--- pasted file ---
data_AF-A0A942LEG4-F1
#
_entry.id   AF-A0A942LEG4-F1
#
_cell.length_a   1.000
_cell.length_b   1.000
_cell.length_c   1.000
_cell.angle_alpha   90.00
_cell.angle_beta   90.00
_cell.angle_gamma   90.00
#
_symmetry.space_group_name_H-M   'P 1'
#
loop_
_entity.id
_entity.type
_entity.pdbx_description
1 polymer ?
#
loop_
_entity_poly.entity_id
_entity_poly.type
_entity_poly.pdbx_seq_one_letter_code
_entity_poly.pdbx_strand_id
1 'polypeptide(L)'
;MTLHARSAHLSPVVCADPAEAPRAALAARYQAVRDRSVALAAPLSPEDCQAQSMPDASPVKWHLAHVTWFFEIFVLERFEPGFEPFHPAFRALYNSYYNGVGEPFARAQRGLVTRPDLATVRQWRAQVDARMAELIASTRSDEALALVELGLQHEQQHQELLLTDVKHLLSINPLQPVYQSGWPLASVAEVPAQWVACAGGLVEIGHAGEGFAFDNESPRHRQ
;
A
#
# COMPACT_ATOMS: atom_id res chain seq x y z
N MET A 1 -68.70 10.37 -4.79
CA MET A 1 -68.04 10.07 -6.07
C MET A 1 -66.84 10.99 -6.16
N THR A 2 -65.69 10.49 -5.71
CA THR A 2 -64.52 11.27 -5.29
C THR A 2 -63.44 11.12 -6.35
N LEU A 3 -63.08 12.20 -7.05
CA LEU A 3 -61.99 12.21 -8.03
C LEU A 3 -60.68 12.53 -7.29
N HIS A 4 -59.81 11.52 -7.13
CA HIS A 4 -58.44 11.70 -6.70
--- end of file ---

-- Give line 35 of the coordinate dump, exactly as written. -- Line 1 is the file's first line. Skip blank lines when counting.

CA THR A 2 -64.52 11.27 -5.29